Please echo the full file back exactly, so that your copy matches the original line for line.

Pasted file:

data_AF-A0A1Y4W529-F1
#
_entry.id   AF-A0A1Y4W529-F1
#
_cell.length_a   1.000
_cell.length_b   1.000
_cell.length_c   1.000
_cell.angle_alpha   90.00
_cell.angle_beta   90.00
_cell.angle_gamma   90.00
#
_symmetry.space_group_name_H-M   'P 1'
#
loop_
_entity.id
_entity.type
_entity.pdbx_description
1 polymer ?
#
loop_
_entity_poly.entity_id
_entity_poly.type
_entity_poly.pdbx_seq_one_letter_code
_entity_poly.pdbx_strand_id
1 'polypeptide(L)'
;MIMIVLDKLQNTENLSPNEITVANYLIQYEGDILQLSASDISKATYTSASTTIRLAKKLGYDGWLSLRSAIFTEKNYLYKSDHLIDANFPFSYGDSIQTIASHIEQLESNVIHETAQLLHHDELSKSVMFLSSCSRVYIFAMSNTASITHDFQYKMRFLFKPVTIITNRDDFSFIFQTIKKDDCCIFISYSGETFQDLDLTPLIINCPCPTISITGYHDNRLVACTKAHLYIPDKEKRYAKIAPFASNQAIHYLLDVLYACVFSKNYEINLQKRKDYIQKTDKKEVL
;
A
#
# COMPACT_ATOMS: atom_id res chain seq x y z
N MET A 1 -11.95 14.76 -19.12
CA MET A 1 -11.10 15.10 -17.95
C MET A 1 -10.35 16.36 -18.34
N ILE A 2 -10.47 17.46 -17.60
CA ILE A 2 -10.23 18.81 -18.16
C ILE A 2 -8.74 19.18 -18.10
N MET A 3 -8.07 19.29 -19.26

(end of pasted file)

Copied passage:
data_AF-A0A1Y4W529-F1
#
_entry.id   AF-A0A1Y4W529-F1
#
_cell.length_a   1.000
_cell.length_b   1.000
_cell.length_c   1.000
_cell.angle_alpha   90.00
_cell.angle_beta   90.00
_cell.angle_gamma   90.00
#
_symmetry.space_group_name_H-M   'P 1'
#
loop_
_entity.id
_entity.type
_entity.pdbx_description
1 polymer ?
#
loop_
_entity_poly.entity_id
_entity_poly.type
_entity_poly.pdbx_seq_one_letter_code
_entity_poly.pdbx_strand_id
1 'polypeptide(L)'
;MIMIVLDKLQNTENLSPNEITVANYLIQYEGDILQLSASDISKATYTSASTTIRLAKKLGYDGWLSLRSAIFTEKNYLYKSDHLIDANFPFSYGDSIQTIASHIEQLESNVIHETAQLLHHDELSKSVMFLSSCSRVYIFAMSNTASITHDFQYKMRFLFKPVTIITNRDDFSFIFQTIKKDDCCIFISYSGETFQDLDLTPLIINCPCPTISITGYHDNRLVACTKAHLYIPDKEKRYAKIAPFASNQAIHYLLDVLYACVFSKNYEINLQKRKDYIQKTDKKEVL
;
A
#
# COMPACT_ATOMS: atom_id res chain seq x y z
N MET A 1 -11.95 14.76 -19.12
CA MET A 1 -11.10 15.10 -17.95
C MET A 1 -10.35 16.36 -18.34
N ILE A 2 -10.47 17.46 -17.60
CA ILE A 2 -10.23 18.81 -18.16
C ILE A 2 -8.74 19.18 -18.10
N MET A 3 -8.07 19.29 -19.26